The temperatures are (finally) cooling off, and I’ve got a hankering to head up to the mountains and visit one of Georgia’s many gorgeous apple orchards. Apples are high in fiber and contain iron, calcium, and vitamins A and C. In other words, this quintessential fall fruit is a fantastic option for the breakfast table, the lunchbox, or for afterschool snacks! Purchasing from a local orchard is a great way to support Georgia farmers and to save money by buying in bulk and in season.

When buying apples in large numbers, store them in a well-ventilated, cool, dark space. Avoid apples with soft spots, but don’t worry about rough brown patches (known as “russeting”). Be sure to wash your apples before consumption.

Of course, I love the crisp crunch of an apple all by itself, but here are some of my other favorite uses for apples:

•Make applesauce in the slow cooker. This couldn’t be easier! Use about three pounds of apples of any variety. Wash, peel, and chop into one-inch pieces. Add apples to a five-quart slow cooker, along with ½ cup water, two to three cinnamon sticks, one tablespoon of lemon juice, and a pinch of salt. Cook on high for four hours, stirring occasionally. Store in an airtight container in the fridge for up to a week. You can also freeze in rigid containers for up to three months. (Leave about one inch of headspace between applesauce and lid of container.)

Bonus tip: you can also substitute applesauce for oil in many of your favorite baking recipes! For cakes, you can sub applesauce to oil 1:1. For cookies and bars, substitute half the oil with applesauce.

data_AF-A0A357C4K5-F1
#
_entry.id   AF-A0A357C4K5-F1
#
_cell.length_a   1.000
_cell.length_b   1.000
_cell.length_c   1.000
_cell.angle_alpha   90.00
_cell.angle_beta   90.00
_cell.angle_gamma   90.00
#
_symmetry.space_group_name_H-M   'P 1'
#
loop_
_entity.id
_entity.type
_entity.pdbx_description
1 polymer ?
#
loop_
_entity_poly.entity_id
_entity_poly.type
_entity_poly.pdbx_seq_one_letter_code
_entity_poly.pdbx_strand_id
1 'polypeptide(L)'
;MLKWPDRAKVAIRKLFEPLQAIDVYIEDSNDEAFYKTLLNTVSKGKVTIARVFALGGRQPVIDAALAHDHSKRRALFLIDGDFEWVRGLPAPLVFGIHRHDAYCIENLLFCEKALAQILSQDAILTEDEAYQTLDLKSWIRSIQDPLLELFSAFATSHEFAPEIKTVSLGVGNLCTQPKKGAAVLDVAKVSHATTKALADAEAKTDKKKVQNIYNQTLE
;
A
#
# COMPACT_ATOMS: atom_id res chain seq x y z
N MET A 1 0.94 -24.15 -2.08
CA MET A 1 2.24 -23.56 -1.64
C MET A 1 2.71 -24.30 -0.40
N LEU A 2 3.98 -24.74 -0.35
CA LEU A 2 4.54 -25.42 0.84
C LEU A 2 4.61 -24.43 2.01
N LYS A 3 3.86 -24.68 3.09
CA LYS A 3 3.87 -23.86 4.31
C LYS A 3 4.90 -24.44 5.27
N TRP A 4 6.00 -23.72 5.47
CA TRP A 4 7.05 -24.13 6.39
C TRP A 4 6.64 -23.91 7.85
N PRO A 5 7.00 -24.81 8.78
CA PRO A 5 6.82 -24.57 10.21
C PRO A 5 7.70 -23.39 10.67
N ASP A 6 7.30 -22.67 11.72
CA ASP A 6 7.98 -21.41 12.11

•Make apple salad. Wash and cut two tart apples into one-inch pieces (I like Granny Smith). In a medium bowl, toss apple with two tablespoons of dried raisins or cranberries, three tablespoons of of plain, low-fat yogurt, and one tablespoon of nuts (I like walnuts). You can also add a tablespoon of honey if you like things on the sweeter side. Serve immediately.

•Make apple oatmeal muffins. Mix together ½ cup non-fat milk and 1/3 cup apple sauce. Gently stir in ½ cup whole wheat flour, ½ cup quick-cooking oats, ¼ cup sugar, ½ tablespoons of baking powder, and 1 teaspoon of ground cinnamon. Wash and chop one tart apple (leave the peel on—two-thirds of an apple’s fiber are in its peel!). Gently mix in chopped apple. Spoon mixture into baking tin lined with cupcake liners (will yield about six muffins). Bake at 400 for 15-20 minutes, until a toothpick comes out clean. Store leftovers in an airtight container.

For more information on nutrition, food preparation, and healthy living, contact UGA Extension in Banks County: 706-677-6230 or susie.burton@uga.edu. You can also visit our website.

Nutrition information and recipes adapted from: UGA Extension Farm Fresh & Fast Series, North Dakota State University Extension’s Steps to Healthy, Economical Meals, Cooking Matters, and USDA’s MyPlate.

Susan Burton is the Banks County 4-H Youth Development and Family and Consumer Sciences (FACS) Extension Agent.

(0) comments

Welcome to the discussion.

Keep it Clean. Please avoid obscene, vulgar, lewd, racist or sexually-oriented language.
PLEASE TURN OFF YOUR CAPS LOCK.
Don't Threaten. Threats of harming another person will not be tolerated.
Be Truthful. Don't knowingly lie about anyone or anything.
Be Nice. No racism, sexism or any sort of -ism that is degrading to another person.
Be Proactive. Use the 'Report' link on each comment to let us know of abusive posts.
Share with Us. We'd love to hear eyewitness accounts, the history behind an article.